Those first few structure lines are the most important because those are the ones that we are building on and they act as your scope for the rest of the drawing to follow. So all the best as you aim and fire, drawing out lines that are purposeful and hopefully.........hit a bullseye!

Friday, June 05, 2009

DRAWN TO LIFE lecture at Woodbury University


photo by Jamie Keslarian Bolio

the night was a great success and nice turn out. I thank Don Hahn and ASIFA for putting it all together. All the other panelists and artists who knew Walt, shared such great stories and it was a true testament to Walt's wonderful personality and generousity.

thanks again Walt!

On Wednesday June 10, I will be joining an amazing group of panelist for a lecture on Walt Stanchfield's "Drawn to Life" books. It starts at 7pm in the Fletcher Jones auditorium of Woodbury University in Burbank. The panelest include Andreas Deja, Dave Pruiksma, Ruben Procopio and Don hahn!

It's going to be fun talking about Walt's work and teachings followed by a "QandA" session and book signing. It's first come first serve seating and parking is free at the university.

see you there,

Thursday, April 16, 2009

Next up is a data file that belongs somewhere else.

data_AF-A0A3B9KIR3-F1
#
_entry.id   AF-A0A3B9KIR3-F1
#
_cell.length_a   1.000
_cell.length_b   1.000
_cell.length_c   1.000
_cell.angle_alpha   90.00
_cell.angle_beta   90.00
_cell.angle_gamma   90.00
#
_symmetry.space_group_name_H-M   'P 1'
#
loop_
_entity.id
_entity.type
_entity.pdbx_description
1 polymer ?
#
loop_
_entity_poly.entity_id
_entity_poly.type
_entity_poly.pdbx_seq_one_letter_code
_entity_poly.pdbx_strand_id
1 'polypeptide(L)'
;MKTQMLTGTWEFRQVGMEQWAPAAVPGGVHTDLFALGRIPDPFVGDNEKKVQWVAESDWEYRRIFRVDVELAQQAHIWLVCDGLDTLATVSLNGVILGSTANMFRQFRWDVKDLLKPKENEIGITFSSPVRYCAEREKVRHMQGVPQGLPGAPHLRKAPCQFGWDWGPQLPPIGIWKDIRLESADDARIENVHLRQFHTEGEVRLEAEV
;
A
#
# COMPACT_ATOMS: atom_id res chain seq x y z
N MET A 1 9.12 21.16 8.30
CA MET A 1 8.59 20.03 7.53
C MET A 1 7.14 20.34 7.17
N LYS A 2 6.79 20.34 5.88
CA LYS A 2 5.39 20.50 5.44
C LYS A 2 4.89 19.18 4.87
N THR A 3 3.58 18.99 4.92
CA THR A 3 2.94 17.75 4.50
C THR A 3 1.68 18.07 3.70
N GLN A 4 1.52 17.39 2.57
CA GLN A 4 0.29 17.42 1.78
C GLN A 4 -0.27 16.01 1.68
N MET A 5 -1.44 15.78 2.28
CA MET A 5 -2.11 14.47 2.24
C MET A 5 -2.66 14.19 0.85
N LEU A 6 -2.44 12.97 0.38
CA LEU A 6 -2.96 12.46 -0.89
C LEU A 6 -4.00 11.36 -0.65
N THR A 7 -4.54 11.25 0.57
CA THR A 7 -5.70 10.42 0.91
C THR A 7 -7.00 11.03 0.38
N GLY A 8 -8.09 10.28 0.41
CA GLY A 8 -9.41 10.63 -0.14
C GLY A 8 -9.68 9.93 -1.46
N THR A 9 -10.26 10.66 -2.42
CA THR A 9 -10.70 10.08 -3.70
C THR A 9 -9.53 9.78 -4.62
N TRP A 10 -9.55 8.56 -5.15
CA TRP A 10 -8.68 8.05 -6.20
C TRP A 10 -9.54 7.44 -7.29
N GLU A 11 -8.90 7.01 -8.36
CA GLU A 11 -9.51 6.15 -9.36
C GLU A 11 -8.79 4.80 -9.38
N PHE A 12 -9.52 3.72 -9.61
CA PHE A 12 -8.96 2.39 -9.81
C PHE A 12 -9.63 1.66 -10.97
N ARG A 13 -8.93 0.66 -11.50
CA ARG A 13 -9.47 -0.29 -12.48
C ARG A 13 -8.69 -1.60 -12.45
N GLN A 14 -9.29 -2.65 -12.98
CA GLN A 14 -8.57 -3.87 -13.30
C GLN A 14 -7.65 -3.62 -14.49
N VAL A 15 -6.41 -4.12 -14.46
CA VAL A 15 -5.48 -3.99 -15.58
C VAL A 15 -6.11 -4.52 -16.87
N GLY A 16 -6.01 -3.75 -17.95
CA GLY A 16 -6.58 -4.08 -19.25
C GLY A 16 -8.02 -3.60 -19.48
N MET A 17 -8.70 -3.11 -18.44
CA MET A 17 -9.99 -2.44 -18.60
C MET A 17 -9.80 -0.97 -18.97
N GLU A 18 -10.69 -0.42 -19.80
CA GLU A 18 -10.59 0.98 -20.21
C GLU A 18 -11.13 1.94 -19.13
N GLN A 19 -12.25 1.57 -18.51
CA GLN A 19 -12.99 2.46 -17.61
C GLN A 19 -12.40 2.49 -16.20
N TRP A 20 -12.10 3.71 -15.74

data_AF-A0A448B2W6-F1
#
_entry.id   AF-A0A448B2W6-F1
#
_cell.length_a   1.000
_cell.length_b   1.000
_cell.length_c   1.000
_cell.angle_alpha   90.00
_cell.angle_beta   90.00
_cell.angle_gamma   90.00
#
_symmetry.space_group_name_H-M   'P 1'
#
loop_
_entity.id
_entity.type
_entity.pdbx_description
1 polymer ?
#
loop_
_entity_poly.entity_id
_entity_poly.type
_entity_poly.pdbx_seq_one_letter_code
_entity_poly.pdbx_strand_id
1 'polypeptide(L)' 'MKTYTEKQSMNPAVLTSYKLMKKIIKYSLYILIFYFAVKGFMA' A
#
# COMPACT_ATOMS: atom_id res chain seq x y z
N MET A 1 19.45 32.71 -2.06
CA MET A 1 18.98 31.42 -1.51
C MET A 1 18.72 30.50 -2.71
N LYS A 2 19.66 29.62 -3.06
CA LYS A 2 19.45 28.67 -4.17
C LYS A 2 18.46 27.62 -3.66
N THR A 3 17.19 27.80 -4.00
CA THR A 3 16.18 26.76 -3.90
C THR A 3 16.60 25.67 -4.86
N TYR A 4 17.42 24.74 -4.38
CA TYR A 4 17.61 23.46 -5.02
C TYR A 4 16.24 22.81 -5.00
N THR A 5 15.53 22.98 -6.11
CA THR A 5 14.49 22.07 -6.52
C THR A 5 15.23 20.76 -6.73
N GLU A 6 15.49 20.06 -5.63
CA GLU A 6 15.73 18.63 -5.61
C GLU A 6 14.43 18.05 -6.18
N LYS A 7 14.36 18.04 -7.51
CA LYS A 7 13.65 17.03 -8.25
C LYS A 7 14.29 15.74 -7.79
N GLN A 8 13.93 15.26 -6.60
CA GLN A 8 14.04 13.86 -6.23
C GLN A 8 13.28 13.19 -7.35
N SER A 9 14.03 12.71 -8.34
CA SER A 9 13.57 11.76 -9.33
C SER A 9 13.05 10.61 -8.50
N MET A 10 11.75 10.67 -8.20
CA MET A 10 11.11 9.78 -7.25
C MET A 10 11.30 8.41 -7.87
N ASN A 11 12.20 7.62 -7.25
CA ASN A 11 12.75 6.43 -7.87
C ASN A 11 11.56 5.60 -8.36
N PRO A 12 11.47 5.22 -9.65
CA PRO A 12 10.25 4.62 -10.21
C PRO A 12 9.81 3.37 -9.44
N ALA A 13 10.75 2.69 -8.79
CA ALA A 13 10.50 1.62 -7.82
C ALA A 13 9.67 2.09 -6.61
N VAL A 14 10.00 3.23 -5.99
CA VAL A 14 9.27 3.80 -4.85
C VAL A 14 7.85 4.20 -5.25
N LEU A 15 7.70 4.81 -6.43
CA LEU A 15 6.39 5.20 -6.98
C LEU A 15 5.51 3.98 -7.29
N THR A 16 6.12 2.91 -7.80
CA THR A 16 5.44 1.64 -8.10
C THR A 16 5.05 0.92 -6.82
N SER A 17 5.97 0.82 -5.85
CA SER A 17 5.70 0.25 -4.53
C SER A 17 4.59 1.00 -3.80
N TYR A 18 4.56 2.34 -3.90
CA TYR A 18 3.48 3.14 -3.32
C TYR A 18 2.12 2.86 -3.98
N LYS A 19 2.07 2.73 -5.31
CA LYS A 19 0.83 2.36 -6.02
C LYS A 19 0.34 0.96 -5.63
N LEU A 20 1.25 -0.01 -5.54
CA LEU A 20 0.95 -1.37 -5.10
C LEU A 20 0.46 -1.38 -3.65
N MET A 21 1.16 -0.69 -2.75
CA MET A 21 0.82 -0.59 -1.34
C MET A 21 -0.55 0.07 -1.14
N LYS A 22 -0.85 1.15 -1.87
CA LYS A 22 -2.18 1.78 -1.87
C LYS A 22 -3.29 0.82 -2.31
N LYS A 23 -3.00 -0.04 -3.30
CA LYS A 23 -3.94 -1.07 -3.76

Drawn to Life! The Walt Stanchfield notes!!!

The Walt Stanchfield notes are published and out!!!!!

Legendary producer Don Hahn has published Walt’s life long series of notes in two volumes entitled “Drawn to life


It’s an amazing set of books that chronicle Walts teachings just as he presented them in his classes.  There’s also examples of Walt’s own artwork in the books which can't be found in any other books or on the internet.  If you haven’t purchased them, you must immediately!

I started at the Walt Disney studios in 1995.  I was very excited to be working at the studio and couldn’t contain myself as I learned as much as I could from all the talented people working there. 

One of those people who impacted me the most was Walt Stanchfield!  He was teaching Gesture drawing once a month for three consecutive days.  I was amazed at his approach to drawing and his sheer zest for life.  It was freedom for my brain!  The pressures of all the past life drawing classes had been lifted by this one man.  He would walk around the class room looking over shoulders and digging into each students page with a wealth of experience and challenge.  His simple quick correction doodles was an enlightenment for every student in the class.